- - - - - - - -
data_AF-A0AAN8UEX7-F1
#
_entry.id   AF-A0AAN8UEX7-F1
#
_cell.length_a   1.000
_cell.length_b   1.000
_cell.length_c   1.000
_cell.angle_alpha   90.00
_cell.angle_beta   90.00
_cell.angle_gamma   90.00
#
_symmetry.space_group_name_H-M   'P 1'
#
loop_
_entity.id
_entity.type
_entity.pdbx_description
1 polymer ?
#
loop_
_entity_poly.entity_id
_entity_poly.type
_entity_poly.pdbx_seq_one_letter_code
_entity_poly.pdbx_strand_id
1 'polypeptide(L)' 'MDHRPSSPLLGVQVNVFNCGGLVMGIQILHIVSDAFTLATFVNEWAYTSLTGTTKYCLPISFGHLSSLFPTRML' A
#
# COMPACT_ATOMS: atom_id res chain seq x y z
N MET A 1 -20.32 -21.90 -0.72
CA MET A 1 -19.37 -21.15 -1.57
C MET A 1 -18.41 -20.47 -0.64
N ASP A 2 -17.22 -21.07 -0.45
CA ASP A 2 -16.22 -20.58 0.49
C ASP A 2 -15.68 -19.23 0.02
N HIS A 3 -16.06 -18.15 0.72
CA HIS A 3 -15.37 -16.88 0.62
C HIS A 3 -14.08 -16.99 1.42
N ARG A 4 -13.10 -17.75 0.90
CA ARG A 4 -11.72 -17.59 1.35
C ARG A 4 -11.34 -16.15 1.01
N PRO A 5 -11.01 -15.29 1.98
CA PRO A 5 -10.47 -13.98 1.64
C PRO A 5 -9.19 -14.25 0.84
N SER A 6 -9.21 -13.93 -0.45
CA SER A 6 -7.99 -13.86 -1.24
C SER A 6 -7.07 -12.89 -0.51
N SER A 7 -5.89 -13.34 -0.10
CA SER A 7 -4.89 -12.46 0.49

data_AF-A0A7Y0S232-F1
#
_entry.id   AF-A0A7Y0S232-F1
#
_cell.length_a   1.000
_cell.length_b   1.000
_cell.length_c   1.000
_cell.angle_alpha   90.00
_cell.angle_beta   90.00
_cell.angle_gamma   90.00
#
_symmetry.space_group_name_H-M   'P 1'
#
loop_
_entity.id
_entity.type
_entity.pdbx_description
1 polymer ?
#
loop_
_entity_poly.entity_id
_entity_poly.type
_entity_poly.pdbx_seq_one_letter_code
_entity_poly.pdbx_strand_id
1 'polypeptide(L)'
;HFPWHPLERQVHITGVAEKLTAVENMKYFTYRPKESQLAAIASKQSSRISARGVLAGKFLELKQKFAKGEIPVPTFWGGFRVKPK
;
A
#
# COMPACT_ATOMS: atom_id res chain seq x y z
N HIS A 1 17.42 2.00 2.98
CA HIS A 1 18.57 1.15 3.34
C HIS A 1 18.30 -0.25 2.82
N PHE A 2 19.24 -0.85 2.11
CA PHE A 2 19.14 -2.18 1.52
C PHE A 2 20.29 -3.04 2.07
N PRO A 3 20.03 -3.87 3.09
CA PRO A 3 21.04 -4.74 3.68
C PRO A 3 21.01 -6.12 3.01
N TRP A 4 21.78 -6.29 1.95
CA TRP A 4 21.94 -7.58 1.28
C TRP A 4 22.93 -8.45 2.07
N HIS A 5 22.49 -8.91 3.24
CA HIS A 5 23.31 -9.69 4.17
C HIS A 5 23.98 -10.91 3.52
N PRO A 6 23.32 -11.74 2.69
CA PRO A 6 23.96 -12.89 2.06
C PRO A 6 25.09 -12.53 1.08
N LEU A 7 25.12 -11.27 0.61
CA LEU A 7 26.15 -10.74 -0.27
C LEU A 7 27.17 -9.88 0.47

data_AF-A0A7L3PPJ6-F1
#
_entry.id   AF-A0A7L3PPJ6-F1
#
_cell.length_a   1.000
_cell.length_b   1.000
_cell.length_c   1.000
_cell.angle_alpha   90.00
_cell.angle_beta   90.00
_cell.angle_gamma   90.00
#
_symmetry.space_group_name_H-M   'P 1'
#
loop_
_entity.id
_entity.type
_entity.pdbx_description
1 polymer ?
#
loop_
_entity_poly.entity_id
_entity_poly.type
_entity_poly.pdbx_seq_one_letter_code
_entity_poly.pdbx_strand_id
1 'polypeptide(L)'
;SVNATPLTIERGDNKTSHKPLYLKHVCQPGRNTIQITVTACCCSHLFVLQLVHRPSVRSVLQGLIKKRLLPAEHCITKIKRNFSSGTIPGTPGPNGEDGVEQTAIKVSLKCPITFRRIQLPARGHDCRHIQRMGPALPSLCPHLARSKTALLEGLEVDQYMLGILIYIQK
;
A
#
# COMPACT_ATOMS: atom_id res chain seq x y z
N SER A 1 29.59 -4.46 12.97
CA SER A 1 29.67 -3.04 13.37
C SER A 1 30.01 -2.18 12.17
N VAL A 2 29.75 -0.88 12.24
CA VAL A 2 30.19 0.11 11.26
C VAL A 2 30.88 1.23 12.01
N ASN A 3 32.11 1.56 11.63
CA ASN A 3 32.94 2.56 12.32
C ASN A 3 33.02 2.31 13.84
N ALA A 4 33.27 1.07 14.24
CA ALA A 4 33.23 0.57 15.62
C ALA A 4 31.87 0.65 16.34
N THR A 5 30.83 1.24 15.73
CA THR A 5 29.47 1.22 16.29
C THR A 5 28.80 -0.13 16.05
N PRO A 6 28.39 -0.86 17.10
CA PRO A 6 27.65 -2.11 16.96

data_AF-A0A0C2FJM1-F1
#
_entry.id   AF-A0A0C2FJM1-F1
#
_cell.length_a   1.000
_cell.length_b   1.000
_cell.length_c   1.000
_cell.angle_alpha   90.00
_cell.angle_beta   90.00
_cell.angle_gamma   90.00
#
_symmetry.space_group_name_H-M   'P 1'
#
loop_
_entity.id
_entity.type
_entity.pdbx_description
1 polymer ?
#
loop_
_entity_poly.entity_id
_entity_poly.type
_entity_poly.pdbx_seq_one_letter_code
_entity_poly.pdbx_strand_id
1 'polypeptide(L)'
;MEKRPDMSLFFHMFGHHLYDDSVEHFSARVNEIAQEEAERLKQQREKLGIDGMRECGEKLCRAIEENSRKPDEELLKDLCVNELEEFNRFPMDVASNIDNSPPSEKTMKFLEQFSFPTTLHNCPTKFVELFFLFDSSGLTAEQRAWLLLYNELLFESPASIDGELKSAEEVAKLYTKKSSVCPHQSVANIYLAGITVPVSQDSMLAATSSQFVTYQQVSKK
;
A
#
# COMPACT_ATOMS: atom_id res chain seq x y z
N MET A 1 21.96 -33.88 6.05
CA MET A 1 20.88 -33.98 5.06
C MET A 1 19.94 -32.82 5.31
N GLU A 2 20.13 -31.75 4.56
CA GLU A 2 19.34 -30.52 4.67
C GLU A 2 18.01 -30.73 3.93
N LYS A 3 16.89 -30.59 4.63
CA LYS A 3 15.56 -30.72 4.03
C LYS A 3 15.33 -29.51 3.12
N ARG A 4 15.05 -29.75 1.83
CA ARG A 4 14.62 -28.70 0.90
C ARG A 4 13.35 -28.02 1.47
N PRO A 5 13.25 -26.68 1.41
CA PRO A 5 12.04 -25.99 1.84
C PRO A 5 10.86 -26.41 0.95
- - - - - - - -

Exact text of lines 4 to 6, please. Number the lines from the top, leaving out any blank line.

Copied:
#
_cell.length_a   1.000
_cell.length_b   1.000